Life of a Marketer – Ways to avoid being distracted

As Marketers, we always have to stay on, meaning we’re exposed to plenty of distractions in the form of the internet, your telephone or the television. While you are distracted, you are being exposed to many stimuli that prevent you from focusing. As result, being distracted can hamper your productivity, creativity, and eventually your quality of work.

Yet how do we, as Marketers, shield ourselves against distractions in an attention economy that requires us to be online 24/7? It’s difficult, and we can’t do it perfectly. But there are some ideas I would like to share with you.

Mastering your distractions:

One thing is sure:  You can never not be distracted at all. Especially for people working with online information, work requires us to regularly be online. From time to time, we have to check email, mobile notifications and our Social Media Analytics. Social Media Marketers sometimes have to check their brand’s accounts on weekend days. All these tasks are shallow, yet necessary, and require our access to the internet and social media.

And you know what social Media offers: funny cat memes, TikTok dances, news reports, social trends, status updates on the weather, your favourite sports team’s result, livestreams, WhatsApp Messages….

…Just to name a few…

How to master our urge and likelihood to be distracted? There are some ways through which we can do so, like Cal Newport describes in his book Deep work. And I’m going to describe some of them, because I found some highly fascinating.

1) Create a distraction free environment

To reduce the risk of being distracted, you must reduce the risk of being exposed to distractive stimuli as much as possible. You must create an environment for yourself where people cannot disturb you. For Social Media Marketers and remote workers, this generally means: detach yourself from the online environment for a while.

So what could you do? Turn off your phone notifications or leave your phone in another room. Work on your computer with your WiFi turned off and only turn it on for necessary tasks. Just make sure that your physical and online workspace are stimuli-free.

2) Create time to be distraction free

Creating that distraction-free environment is easier said than done. There will always be the urge of accessing the internet. Even during times when you’re not able to access it. In other words, when you’re bored, you will always feel tempted to check your phone for social media updates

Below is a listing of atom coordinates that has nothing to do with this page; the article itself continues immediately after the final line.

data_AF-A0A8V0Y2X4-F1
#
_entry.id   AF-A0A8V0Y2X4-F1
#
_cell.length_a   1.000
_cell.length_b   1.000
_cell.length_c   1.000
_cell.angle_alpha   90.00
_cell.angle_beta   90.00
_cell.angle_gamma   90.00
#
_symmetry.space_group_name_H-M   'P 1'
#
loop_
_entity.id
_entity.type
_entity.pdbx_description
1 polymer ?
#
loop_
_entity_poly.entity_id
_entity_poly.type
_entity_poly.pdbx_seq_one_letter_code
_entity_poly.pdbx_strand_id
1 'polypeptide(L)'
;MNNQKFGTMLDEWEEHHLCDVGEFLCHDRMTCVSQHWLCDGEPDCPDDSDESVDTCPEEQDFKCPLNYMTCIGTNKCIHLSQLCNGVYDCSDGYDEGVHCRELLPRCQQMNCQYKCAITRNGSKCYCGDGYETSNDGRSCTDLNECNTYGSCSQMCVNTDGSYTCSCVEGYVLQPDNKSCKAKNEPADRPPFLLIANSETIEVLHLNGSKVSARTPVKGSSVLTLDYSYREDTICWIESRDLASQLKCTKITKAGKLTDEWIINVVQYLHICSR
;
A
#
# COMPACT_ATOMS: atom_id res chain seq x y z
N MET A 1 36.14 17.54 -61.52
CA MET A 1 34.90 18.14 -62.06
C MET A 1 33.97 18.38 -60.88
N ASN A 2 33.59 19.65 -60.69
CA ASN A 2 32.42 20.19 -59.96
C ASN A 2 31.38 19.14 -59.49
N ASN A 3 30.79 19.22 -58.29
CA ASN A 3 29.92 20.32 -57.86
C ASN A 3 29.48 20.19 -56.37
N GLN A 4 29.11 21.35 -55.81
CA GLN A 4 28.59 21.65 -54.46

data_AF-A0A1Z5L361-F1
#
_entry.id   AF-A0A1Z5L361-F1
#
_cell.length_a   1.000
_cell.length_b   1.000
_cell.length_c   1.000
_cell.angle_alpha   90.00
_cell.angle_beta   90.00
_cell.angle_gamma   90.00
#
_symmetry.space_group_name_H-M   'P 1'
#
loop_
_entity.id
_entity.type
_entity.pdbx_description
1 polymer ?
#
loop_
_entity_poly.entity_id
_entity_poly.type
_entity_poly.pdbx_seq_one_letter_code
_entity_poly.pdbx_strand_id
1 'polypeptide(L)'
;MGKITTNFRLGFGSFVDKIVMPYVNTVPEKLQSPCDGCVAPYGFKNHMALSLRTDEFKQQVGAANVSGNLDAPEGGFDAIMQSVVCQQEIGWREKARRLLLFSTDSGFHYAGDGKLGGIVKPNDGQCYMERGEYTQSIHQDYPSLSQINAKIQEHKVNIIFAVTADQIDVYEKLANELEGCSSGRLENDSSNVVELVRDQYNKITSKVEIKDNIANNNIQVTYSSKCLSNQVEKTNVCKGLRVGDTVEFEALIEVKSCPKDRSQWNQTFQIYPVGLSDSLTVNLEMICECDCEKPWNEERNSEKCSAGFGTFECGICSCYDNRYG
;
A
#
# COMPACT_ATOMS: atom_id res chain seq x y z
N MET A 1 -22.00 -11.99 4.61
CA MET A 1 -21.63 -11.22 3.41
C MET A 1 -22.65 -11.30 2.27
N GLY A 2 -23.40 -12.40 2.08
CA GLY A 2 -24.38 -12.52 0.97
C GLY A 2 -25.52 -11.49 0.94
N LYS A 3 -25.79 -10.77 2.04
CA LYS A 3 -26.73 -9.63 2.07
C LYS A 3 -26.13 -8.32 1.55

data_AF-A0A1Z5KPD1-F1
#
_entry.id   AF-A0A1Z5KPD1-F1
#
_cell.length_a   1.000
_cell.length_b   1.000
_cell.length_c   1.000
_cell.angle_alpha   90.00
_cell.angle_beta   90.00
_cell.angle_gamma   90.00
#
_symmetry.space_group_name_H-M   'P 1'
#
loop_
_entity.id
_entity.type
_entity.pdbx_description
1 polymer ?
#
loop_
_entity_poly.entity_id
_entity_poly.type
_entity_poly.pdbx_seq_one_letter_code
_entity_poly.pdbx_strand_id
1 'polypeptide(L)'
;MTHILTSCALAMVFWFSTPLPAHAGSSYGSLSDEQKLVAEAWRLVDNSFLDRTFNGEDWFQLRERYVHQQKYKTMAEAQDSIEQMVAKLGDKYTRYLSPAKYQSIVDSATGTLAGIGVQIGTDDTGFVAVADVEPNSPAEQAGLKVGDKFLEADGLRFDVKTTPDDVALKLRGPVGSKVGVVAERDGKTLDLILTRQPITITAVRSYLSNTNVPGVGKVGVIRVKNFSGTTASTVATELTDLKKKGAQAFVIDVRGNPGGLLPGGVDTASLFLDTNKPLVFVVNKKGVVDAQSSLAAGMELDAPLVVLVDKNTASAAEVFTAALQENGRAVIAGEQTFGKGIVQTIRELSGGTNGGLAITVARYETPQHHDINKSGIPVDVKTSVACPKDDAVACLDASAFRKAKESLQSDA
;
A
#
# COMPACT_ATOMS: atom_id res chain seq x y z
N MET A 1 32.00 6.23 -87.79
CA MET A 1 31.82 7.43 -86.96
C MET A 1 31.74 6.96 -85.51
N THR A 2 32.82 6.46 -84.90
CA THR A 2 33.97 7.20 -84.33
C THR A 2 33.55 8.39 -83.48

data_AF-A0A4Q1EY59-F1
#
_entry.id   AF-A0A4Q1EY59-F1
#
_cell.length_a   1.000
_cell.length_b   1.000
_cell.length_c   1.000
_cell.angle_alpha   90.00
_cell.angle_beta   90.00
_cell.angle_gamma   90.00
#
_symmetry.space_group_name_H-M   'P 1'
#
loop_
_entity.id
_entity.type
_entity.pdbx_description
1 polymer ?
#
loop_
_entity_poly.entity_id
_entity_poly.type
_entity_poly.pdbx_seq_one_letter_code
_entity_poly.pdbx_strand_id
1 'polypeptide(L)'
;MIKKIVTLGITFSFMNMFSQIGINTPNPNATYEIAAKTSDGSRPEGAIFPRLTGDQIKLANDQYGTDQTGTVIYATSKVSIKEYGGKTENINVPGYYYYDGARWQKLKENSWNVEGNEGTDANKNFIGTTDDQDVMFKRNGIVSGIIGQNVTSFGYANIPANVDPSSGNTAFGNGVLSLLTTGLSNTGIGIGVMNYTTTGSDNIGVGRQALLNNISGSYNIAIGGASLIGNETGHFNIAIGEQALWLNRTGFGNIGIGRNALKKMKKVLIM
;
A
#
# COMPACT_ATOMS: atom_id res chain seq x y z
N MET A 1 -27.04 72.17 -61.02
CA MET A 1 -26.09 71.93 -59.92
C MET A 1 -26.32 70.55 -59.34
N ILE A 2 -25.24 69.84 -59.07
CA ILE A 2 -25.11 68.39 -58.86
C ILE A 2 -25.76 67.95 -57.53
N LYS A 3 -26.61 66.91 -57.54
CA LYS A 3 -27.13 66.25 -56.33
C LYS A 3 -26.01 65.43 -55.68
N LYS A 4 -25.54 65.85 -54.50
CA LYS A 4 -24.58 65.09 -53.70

To reduce the urge to be distracted, we must set boundaries between focus and distraction. In other words: We must schedule moments for when we are focused and when we are not.

There are a few ways of scheduling that are worth mentioning:

Digital Detox:

The digital detox means that you dissociate yourself from any form of internet technology for a longer period, varying from one day per week up to a month a year (or even longer). You unplug from the online world and use that time to focus on productive tasks, such as deep focused work or self-care.

The disadvantage of this method is that under normal work circumstances, we cannot unplug during a regular weekday or for a longer period. So we either have to use our weekend days or holidays for that. Furthermore, Cal Newport mentions that it is difficult to ‘recover’ from the urge of being distracted during one single day, if we spend the other 6 weekdays being constantly distracted.


The Pomodoro Technique is a method where you spend 25 minutes on work, then allow yourself a 5 minute break, then continue working, after which you grant yourself another 5 minute break. If you are an online marketer, for instance, you could spend 25 minutes on drafting a blog, and then use 5 minutes to check and answer e-mails.

The disadvantage of the Pomodoro technique is that it might be too structured, and that it might conflict with your duties. For instance, it could be that you’re more efficient when you work for a longer consecutive period. That 5 minute break might disrupt your productivity. And personally, my 5 minute break is always longer than 5 minutes (You know, sometimes I find another video that is worth extending my break)

Schedule blocks of deep work hours

You can schedule blocks consisting of multiple hours and spend that time performing non-stop deep work. For instance, you can decide that each morning, you work undistracted from 9 AM to 11 AM. After 11 AM, you’re allowed to grab your phone again and to turn on the internet